When, on August 4th, President Obama’s chief environmental adviser Carol Browner put the White House stamp of approval on stats claiming “74 percent of the oil spilled into the Gulf” had already been cleaned up, captured, burned, dispersed, evaporated, degraded or dissolved in the water … most of the people I know living along the coastline of Louisiana rolled their collective eyes.
Mike Roberts, a shrimper who lives on Barataria Bay – the hard-hit marshlands leading to the Gulf – said, “they obviously haven’t been to my backyard recently, which is still caked with oil.”
His wife Tracy Kuhns, Louisiana Bayoukeeper and director of the local family fishermen’s association, has been outspoken about BP and the government’s math since the gushing began. “They haven’t gotten it right from the very beginning when they told us only a few hundred rather than a few thousand barrels were leaking a day … why should we trust them now?”
On the other side of the estuary, P.J. Hahn, a Republican politician whose job it is to look after the future of the coastline of Plaquemines Parish and has been out on the water virtually every day since the gusher first began, said of the federal government numbers “they sound just too good to be true.”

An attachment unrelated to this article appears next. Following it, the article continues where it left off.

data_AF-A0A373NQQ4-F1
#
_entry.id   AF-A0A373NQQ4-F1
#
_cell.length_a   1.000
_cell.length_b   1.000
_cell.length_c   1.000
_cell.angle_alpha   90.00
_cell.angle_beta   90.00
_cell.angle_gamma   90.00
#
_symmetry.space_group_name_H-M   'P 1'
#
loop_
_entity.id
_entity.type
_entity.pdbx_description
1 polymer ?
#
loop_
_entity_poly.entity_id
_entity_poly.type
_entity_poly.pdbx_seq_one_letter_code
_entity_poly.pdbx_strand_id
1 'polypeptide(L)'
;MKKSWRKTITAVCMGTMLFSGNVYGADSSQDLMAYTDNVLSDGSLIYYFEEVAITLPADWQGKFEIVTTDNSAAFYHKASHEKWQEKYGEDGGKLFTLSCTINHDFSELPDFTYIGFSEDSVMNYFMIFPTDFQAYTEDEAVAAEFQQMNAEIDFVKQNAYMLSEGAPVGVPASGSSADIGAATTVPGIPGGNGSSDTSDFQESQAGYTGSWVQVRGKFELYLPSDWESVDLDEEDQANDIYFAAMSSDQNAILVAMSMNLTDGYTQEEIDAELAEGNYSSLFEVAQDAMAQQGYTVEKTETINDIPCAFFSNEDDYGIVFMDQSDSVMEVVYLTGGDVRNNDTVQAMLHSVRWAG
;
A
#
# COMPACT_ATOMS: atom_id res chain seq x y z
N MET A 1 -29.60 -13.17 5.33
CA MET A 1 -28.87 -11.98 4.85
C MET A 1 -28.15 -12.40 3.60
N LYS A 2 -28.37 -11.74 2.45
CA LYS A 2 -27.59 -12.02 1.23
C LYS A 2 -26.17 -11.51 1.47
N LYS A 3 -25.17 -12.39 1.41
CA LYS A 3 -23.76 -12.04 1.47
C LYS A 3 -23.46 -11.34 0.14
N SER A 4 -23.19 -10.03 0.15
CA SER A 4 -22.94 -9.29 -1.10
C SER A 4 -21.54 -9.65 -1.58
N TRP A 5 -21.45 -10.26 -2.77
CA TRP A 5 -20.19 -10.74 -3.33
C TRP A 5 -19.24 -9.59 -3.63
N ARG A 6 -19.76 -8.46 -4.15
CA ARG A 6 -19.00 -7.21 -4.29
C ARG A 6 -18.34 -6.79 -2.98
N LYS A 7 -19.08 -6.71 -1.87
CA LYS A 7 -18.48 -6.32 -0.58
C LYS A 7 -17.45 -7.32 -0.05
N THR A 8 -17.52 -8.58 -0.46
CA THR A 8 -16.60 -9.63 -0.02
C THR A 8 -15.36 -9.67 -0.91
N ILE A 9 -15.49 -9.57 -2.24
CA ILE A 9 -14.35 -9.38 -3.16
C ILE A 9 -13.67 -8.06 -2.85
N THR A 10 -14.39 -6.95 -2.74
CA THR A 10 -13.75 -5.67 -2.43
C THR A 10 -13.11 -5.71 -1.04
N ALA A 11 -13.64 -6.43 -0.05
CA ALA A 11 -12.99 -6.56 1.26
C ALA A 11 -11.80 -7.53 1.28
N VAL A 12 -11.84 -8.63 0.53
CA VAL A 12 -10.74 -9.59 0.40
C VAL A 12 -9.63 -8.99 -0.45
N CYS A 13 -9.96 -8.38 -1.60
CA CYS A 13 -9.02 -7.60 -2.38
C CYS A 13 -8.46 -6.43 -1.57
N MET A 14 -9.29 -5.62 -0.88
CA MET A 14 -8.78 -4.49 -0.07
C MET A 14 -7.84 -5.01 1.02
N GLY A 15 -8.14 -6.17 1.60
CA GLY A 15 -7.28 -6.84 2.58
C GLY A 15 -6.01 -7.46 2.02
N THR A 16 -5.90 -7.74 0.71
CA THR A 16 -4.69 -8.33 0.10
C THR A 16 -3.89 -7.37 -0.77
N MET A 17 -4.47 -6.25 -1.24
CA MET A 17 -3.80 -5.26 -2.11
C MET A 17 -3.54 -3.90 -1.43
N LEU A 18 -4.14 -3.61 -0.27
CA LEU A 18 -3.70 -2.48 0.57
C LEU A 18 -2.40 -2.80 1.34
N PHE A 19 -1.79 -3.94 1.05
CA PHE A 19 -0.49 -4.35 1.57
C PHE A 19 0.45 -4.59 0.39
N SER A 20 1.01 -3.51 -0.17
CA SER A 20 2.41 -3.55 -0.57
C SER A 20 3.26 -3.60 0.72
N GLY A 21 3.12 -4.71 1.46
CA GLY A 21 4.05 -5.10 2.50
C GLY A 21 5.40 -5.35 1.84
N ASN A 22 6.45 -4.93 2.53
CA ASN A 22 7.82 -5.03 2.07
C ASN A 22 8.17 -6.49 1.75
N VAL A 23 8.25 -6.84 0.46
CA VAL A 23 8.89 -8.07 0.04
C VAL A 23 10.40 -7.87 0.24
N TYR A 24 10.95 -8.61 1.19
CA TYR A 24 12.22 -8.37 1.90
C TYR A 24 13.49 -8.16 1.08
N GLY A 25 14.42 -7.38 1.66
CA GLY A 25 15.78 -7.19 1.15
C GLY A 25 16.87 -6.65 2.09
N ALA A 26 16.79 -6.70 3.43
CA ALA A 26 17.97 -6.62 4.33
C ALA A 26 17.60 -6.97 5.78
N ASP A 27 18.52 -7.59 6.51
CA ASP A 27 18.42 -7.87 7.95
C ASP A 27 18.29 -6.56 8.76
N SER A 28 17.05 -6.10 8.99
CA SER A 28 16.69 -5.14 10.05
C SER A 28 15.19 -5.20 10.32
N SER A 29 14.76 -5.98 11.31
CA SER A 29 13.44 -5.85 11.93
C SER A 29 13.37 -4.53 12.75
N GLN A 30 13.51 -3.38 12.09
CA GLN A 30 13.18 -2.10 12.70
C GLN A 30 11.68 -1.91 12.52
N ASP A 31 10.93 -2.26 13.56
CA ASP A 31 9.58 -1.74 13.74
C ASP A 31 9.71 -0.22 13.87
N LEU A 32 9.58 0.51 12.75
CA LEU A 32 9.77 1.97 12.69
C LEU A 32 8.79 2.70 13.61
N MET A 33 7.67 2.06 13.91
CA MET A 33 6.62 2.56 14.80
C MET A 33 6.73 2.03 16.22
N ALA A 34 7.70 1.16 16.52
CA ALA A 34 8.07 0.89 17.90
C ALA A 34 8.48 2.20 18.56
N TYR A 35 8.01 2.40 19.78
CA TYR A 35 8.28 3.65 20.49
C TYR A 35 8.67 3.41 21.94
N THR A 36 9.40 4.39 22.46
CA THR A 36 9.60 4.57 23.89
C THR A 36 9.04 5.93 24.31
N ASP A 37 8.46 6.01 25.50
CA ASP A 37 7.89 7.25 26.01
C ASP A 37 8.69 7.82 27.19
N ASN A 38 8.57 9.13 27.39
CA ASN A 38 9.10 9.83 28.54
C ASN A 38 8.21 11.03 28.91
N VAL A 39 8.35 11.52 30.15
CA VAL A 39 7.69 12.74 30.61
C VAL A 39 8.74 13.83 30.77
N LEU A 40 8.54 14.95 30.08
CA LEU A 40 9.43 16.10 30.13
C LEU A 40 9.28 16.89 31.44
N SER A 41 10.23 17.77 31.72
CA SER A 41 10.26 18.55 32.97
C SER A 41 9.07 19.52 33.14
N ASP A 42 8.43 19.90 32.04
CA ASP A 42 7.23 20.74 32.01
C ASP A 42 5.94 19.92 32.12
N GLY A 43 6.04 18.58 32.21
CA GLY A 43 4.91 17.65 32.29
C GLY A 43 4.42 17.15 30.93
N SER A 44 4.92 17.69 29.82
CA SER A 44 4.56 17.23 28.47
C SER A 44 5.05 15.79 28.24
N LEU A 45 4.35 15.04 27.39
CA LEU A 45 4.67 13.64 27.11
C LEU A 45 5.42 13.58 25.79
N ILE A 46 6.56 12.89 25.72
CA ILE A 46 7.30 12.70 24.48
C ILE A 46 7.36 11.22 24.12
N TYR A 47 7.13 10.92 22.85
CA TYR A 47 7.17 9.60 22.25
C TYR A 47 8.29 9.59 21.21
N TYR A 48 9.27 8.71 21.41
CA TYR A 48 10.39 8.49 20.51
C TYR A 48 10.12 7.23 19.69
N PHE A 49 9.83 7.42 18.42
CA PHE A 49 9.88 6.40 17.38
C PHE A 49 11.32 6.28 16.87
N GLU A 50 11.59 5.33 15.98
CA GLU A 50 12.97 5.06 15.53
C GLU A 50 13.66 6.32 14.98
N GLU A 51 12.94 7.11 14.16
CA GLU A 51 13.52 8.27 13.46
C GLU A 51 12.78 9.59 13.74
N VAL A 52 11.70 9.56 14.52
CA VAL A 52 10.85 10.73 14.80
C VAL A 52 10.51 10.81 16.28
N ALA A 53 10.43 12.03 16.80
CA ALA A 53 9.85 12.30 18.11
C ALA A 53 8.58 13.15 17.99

One thing those “too good to be true” stats helped produce were some very optimistic news reports. “Sunshine is evaporating the oil, and bacteria are rapidly digesting it,” reported Bloomberg Businessweek.
“In a year or two we can forget this ever happened,” Roger Sassen, an adjunct professor of geology and geophysics at Texas A&M, told Bloomberg. “The fact that the Mississippi is the drainage ditch for the fertilizers and nasty agricultural chemicals of the entire central U.S. is much worse than this transient spill.”
(For the rest of my dispatch go to takepart.com)